-When it is time to transplant, these plants will have roots several inches long, giving them excellent resistance to dry conditions. The Leaves and stems will be several inches high and can be mulched immediately. This gives them a survival advantage over weeds. Weeds will be shaded. Water and nutrients in the soil will be available for the crops.
-Small seedlings can be consumed or destroyed easily by pests. A cutworm, for example, can take out a small plant. By setting out a larger plant, a cutworm may only knock off a couple of leaves. I'll have a chance to take action before the crop is laid waste.
-Space is at a premium. It takes considerable effort and resources to develop a growing bed, even with no-till methods. Using transplants there are no empty spaces. Plants can be placed at optimum distance. That limited space is put to use.
-Time is at a premium. As soon as one crop comes out, the next rotation can go right in, and do so with several weeks of growth. I can grow crops all year. If I knock a month of time off of each rotation, I can easily gain an entire crop each year.
-I can work in the greenhouse at night, during storms, and when it's just too damn cold out there.
The recent bathroom renovation is an example of the sort of thing I face around here:
The door was old and tired, had a hole in it, had a 3 inch gap at the bottom, didn't close easily and begged to be replaced. The 2 hinges were attached with a couple of roofing nails, a flathead wood screw, a phillips head drywall. screw and a couple of 3" long Canadian head screws. The hole in the frame where the knob latch would fit was a piece of scrap wood that had been shoved into a larger hole. Although drilled to receive the latch, it was not secured in place, hence the trouble in closing the door. Before installing the new door, the old door and frame had to be removed entirely. To remove the frame I had to remove the beadboard on the wall in the hallway. Before that could be removed, I had to remove the inadequate/unsightly trim board at the top. The ceiling dropping a couple of inches explained why that board had been installed.
The water heater was in the corner. Bathtub on one side, toilet on the other. There is an access panel on the outside. This was in surprisingly excellent condition except the thermostats were pointed away from the access panel. It wanted to be moved to a new location-a new closet behind the door. Disconnecting the power was easy enough. It was a bare wire running across the ground and through a bush. The plumbing was another story. The inlet side was galvanized pipe, later connected to PVC. The outlet side was CPVC, later connected to copper going to the tub and a grey tubing to the sink. There was no overflow pipe. The CPVC came off easily, what with the crack in it and all. My foot went through the rotted floor while moving it. To reconnect new plumbing, the galvanized adapter had to come off. The scene here is me standing on top of the tank while a buddy tried to wrench it off with the aid of a 5 foot iron bar. It was like we were dancing.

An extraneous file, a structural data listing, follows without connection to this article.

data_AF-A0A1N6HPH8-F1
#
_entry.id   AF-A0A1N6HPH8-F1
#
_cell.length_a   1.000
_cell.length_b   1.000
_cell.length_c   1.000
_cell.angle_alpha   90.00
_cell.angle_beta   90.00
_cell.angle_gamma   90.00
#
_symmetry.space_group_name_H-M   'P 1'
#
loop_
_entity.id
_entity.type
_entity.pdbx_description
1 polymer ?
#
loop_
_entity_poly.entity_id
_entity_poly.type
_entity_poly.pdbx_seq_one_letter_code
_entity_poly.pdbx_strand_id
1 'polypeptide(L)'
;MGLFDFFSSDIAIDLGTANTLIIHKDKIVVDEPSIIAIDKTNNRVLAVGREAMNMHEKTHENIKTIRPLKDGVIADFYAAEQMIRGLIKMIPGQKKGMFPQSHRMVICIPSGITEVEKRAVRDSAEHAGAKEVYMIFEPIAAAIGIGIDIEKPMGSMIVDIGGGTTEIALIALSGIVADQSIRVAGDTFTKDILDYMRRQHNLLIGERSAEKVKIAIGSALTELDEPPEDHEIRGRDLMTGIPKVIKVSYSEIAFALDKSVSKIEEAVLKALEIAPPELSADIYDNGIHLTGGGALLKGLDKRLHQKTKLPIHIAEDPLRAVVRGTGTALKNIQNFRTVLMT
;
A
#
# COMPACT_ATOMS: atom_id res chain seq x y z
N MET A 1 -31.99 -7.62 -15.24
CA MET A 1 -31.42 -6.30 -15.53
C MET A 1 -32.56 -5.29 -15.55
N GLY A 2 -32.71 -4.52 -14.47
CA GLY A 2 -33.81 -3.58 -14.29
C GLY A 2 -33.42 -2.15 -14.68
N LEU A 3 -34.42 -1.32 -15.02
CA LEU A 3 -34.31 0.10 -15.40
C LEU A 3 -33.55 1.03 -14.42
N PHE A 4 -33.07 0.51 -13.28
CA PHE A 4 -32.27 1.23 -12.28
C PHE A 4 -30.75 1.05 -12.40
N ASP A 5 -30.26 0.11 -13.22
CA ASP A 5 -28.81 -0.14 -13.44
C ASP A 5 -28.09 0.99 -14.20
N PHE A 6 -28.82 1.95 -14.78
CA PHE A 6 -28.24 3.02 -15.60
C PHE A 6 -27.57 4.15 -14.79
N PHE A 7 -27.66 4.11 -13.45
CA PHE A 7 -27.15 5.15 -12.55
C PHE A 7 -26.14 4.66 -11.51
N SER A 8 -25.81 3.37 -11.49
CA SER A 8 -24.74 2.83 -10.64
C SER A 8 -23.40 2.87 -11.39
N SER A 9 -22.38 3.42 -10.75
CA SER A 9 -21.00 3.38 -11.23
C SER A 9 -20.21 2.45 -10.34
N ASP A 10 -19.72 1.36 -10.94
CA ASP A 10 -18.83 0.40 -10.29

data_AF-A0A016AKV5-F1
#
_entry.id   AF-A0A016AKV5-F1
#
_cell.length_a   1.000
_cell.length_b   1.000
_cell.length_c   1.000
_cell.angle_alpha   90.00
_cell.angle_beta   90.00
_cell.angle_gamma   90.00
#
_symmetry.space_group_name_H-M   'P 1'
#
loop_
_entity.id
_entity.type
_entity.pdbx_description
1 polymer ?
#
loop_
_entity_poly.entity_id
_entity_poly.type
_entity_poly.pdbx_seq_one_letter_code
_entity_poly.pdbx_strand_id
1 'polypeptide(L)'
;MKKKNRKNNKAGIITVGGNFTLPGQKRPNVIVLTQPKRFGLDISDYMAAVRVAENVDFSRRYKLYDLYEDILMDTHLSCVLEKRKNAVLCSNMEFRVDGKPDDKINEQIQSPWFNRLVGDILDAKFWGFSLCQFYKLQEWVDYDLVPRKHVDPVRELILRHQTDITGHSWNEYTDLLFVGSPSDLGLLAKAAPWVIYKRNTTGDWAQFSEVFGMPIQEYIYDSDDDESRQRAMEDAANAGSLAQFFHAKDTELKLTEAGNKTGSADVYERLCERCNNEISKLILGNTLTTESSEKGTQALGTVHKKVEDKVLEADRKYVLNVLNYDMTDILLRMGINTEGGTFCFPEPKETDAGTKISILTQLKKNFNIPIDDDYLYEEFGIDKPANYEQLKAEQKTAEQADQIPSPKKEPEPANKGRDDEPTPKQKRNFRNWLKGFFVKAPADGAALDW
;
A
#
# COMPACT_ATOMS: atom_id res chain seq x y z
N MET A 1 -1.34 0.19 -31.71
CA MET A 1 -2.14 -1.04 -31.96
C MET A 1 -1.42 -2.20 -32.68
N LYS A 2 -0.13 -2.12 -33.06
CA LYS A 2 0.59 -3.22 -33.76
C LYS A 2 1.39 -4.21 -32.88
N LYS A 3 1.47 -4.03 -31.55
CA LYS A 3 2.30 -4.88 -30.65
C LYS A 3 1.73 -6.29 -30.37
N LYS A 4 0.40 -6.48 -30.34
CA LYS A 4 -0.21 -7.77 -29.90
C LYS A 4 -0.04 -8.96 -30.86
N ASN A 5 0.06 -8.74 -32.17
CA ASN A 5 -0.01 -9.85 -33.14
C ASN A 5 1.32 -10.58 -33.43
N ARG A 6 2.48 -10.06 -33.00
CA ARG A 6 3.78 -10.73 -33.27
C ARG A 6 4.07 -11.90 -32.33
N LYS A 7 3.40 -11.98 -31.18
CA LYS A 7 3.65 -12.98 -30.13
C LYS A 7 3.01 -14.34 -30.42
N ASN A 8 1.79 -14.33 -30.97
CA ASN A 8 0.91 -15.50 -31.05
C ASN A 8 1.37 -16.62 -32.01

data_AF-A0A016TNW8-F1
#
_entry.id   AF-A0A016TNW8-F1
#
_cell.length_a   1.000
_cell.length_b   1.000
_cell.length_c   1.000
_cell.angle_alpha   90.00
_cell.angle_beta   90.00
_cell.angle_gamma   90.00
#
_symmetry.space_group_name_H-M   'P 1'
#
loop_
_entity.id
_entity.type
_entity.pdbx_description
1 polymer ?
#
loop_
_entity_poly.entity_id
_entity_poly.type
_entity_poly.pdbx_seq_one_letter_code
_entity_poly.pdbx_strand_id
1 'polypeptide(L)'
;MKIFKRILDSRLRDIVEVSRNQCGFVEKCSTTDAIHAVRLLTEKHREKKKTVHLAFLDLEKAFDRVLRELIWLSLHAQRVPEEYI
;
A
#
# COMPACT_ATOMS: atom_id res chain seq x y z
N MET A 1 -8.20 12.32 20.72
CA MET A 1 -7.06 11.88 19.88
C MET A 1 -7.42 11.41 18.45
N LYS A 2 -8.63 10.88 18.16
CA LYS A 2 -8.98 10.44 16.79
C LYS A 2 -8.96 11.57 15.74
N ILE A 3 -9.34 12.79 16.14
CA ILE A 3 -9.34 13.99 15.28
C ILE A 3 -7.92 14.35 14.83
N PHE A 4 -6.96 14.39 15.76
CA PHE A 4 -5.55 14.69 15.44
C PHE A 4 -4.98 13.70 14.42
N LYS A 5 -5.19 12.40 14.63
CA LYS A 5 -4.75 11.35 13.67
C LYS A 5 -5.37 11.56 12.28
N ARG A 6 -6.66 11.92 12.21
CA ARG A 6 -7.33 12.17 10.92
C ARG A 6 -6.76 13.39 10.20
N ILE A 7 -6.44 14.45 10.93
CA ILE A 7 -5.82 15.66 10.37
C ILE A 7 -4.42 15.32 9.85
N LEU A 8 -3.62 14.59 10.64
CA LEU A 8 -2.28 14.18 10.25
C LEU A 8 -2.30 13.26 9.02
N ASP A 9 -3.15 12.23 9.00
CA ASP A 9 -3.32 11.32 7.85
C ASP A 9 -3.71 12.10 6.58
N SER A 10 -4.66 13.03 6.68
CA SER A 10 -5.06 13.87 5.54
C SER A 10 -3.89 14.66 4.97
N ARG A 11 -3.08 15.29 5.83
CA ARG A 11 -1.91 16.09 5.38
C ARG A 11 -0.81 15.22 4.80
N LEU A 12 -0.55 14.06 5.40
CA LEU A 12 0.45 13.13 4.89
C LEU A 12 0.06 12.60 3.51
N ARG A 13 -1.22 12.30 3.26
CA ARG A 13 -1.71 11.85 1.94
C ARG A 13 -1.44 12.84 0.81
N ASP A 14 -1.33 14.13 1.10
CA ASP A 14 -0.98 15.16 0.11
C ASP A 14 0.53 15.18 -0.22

The tub was a masterpiece. The crack in the bottom combined with the leaky faucet and broken handle to inspire the renovation in the first place. Floor: gone. Drain: flowing freely onto the ground where the drain line had snapped off centuries ago. I did not mind removing the wall covering as it too was cracked plus covered with several applications of caulking-latex, silicon, I swear some of it was plumbers putty. Under the plastic surround was another layer of plastic surround. Under that, a layer of masonite. Under that was 1/4" painted wood panel, possibly original. Removing the tub was a simple matter of cutting it in half with a sawzall. It was a shame to cut it up, coulda used it for growing carrots. Floor: nonexistent. Joists: half gone. Wall: studs were well on their way to becoming humus. Since I have to perform major repairs on the wall, may as well replace that window while I'm at it.
The window came out with great ease. That is, once I removed the exterior trim and 2 sheets of exterior siding. I could have driven my truck through the side of the house. Cleaning up all the insulation blowing across the yard only took a couple of hours once it stopped raining.
Plumbing in the well house was leaking
Due to the additional load and wear the contactor switch went belly up
Went to make coffee
No fucking water
Jesus H Christ
Looked at well, switch is smoking
Look for parts, got some, need some
Look for tool, can't find cutter
PINK WHISKERED CHRIST
Go get parts and tools
Kneel down to dissassemble busted parts, learn that the leak has been going on for quite a while and have promoted growth of brambles
WEEPING JESUS ON THE CROSS
Wrench slips, bust pressure guage
Throw wrench, lose in brambles
Go get parts and tools